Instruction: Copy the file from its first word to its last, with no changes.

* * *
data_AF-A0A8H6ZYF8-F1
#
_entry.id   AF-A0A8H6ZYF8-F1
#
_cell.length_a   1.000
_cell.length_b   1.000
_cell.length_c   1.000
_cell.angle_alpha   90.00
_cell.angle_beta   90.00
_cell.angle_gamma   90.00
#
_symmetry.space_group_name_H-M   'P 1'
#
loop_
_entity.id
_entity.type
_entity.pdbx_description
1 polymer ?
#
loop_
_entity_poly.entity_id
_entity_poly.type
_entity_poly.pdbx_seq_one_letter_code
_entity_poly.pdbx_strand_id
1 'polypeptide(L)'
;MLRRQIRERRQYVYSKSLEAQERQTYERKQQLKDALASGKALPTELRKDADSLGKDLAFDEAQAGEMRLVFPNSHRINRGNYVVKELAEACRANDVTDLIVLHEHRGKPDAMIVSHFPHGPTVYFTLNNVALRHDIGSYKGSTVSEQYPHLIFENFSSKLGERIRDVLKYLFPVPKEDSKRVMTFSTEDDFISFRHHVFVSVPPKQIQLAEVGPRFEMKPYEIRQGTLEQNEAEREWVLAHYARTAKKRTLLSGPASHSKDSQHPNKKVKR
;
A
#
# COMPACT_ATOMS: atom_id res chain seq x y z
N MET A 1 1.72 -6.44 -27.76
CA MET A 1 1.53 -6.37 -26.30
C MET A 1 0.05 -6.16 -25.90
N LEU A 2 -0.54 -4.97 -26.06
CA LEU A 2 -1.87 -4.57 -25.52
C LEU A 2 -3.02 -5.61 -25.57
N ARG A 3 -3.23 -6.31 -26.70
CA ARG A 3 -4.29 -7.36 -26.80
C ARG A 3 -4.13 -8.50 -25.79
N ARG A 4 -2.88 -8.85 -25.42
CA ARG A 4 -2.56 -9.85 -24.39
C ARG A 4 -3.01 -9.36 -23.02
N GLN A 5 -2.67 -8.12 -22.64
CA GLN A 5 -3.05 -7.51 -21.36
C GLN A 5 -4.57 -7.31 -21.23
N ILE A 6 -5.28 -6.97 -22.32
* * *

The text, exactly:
data_AF-A0A8H6ZYF8-F1
#
_entry.id   AF-A0A8H6ZYF8-F1
#
_cell.length_a   1.000
_cell.length_b   1.000
_cell.length_c   1.000
_cell.angle_alpha   90.00
_cell.angle_beta   90.00
_cell.angle_gamma   90.00
#
_symmetry.space_group_name_H-M   'P 1'
#
loop_
_entity.id
_entity.type
_entity.pdbx_description
1 polymer ?
#
loop_
_entity_poly.entity_id
_entity_poly.type
_entity_poly.pdbx_seq_one_letter_code
_entity_poly.pdbx_strand_id
1 'polypeptide(L)'
;MLRRQIRERRQYVYSKSLEAQERQTYERKQQLKDALASGKALPTELRKDADSLGKDLAFDEAQAGEMRLVFPNSHRINRGNYVVKELAEACRANDVTDLIVLHEHRGKPDAMIVSHFPHGPTVYFTLNNVALRHDIGSYKGSTVSEQYPHLIFENFSSKLGERIRDVLKYLFPVPKEDSKRVMTFSTEDDFISFRHHVFVSVPPKQIQLAEVGPRFEMKPYEIRQGTLEQNEAEREWVLAHYARTAKKRTLLSGPASHSKDSQHPNKKVKR
;
A
#
# COMPACT_ATOMS: atom_id res chain seq x y z
N MET A 1 1.72 -6.44 -27.76
CA MET A 1 1.53 -6.37 -26.30
C MET A 1 0.05 -6.16 -25.90
N LEU A 2 -0.54 -4.97 -26.06
CA LEU A 2 -1.87 -4.57 -25.52
C LEU A 2 -3.02 -5.61 -25.57
N ARG A 3 -3.23 -6.31 -26.70
CA ARG A 3 -4.29 -7.36 -26.80
C ARG A 3 -4.13 -8.50 -25.79
N ARG A 4 -2.88 -8.85 -25.42
CA ARG A 4 -2.56 -9.85 -24.39
C ARG A 4 -3.01 -9.36 -23.02
N GLN A 5 -2.67 -8.12 -22.64
CA GLN A 5 -3.05 -7.51 -21.36
C GLN A 5 -4.57 -7.31 -21.23
N ILE A 6 -5.28 -6.97 -22.32